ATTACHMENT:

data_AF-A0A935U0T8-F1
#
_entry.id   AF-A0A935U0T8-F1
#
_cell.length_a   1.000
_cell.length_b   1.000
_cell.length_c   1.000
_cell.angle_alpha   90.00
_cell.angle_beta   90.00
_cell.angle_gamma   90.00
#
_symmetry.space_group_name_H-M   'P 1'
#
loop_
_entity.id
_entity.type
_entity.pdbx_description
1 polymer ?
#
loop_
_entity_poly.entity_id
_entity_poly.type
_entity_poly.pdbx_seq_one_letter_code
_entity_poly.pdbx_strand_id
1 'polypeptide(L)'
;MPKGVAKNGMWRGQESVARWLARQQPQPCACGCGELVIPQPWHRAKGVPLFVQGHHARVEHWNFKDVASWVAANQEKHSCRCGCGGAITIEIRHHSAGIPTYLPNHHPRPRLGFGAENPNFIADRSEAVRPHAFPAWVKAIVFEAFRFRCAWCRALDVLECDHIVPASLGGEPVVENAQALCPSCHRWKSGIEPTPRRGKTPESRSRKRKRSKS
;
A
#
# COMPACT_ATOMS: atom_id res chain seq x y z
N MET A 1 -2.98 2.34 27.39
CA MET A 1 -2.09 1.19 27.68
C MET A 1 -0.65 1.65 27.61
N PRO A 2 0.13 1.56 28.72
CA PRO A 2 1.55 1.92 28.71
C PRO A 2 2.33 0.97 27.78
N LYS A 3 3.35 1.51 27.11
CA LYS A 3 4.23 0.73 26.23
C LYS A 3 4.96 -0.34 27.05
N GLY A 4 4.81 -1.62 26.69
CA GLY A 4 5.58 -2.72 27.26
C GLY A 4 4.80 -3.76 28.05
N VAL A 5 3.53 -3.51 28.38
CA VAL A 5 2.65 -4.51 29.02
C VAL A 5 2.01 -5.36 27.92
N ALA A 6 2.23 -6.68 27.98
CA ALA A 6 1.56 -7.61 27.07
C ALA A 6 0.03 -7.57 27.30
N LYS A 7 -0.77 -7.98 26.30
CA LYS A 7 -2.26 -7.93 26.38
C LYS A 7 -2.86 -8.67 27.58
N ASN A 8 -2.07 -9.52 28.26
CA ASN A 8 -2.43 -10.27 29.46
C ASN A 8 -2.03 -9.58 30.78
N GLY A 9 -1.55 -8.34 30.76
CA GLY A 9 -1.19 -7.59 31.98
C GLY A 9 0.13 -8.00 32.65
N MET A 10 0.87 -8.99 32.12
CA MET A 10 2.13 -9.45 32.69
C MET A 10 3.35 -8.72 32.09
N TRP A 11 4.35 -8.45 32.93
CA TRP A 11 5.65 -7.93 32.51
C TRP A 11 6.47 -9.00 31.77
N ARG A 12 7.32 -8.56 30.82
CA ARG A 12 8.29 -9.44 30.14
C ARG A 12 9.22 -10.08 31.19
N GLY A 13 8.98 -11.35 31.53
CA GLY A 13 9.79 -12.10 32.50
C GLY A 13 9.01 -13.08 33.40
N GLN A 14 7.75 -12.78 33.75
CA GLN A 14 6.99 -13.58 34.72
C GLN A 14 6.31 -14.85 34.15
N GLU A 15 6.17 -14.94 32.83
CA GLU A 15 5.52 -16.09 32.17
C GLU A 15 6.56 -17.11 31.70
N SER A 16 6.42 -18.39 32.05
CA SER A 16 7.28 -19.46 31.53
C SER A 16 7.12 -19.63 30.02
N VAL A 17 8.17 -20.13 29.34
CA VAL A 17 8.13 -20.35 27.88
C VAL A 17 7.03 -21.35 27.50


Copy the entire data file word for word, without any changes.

data_AF-A0A935U0T8-F1
#
_entry.id   AF-A0A935U0T8-F1
#
_cell.length_a   1.000
_cell.length_b   1.000
_cell.length_c   1.000
_cell.angle_alpha   90.00
_cell.angle_beta   90.00
_cell.angle_gamma   90.00
#
_symmetry.space_group_name_H-M   'P 1'
#
loop_
_entity.id
_entity.type
_entity.pdbx_description
1 polymer ?
#
loop_
_entity_poly.entity_id
_entity_poly.type
_entity_poly.pdbx_seq_one_letter_code
_entity_poly.pdbx_strand_id
1 'polypeptide(L)'
;MPKGVAKNGMWRGQESVARWLARQQPQPCACGCGELVIPQPWHRAKGVPLFVQGHHARVEHWNFKDVASWVAANQEKHSCRCGCGGAITIEIRHHSAGIPTYLPNHHPRPRLGFGAENPNFIADRSEAVRPHAFPAWVKAIVFEAFRFRCAWCRALDVLECDHIVPASLGGEPVVENAQALCPSCHRWKSGIEPTPRRGKTPESRSRKRKRSKS
;
A
#
# COMPACT_ATOMS: atom_id res chain seq x y z
N MET A 1 -2.98 2.34 27.39
CA MET A 1 -2.09 1.19 27.68
C MET A 1 -0.65 1.65 27.61
N PRO A 2 0.13 1.56 28.72
CA PRO A 2 1.55 1.92 28.71
C PRO A 2 2.33 0.97 27.78
N LYS A 3 3.35 1.51 27.11
CA LYS A 3 4.23 0.73 26.23
C LYS A 3 4.96 -0.34 27.05
N GLY A 4 4.81 -1.62 26.69
CA GLY A 4 5.58 -2.72 27.26
C GLY A 4 4.80 -3.76 28.05
N VAL A 5 3.53 -3.51 28.38
CA VAL A 5 2.65 -4.51 29.02
C VAL A 5 2.01 -5.36 27.92
N ALA A 6 2.23 -6.68 27.98
CA ALA A 6 1.56 -7.61 27.07
C ALA A 6 0.03 -7.57 27.30
N LYS A 7 -0.77 -7.98 26.30
CA LYS A 7 -2.26 -7.93 26.38
C LYS A 7 -2.86 -8.67 27.58
N ASN A 8 -2.07 -9.52 28.26
CA ASN A 8 -2.43 -10.27 29.46
C ASN A 8 -2.03 -9.58 30.78
N GLY A 9 -1.55 -8.34 30.76
CA GLY A 9 -1.19 -7.59 31.98
C GLY A 9 0.13 -8.00 32.65
N MET A 10 0.87 -8.99 32.12
CA MET A 10 2.13 -9.45 32.69
C MET A 10 3.35 -8.72 32.09
N TRP A 11 4.35 -8.45 32.93
CA TRP A 11 5.65 -7.93 32.51
C TRP A 11 6.47 -9.00 31.77
N ARG A 12 7.32 -8.56 30.82
CA ARG A 12 8.29 -9.44 30.14
C ARG A 12 9.22 -10.08 31.19
N GLY A 13 8.98 -11.35 31.53
CA GLY A 13 9.79 -12.10 32.50
C GLY A 13 9.01 -13.08 33.40
N GLN A 14 7.75 -12.78 33.75
CA GLN A 14 6.99 -13.58 34.72
C GLN A 14 6.31 -14.85 34.15
N GLU A 15 6.17 -14.94 32.83
CA GLU A 15 5.52 -16.09 32.17
C GLU A 15 6.56 -17.11 31.70
N SER A 16 6.42 -18.39 32.05
CA SER A 16 7.28 -19.46 31.53
C SER A 16 7.12 -19.63 30.02
N VAL A 17 8.17 -20.13 29.34
CA VAL A 17 8.13 -20.35 27.88
C VAL A 17 7.03 -21.35 27.50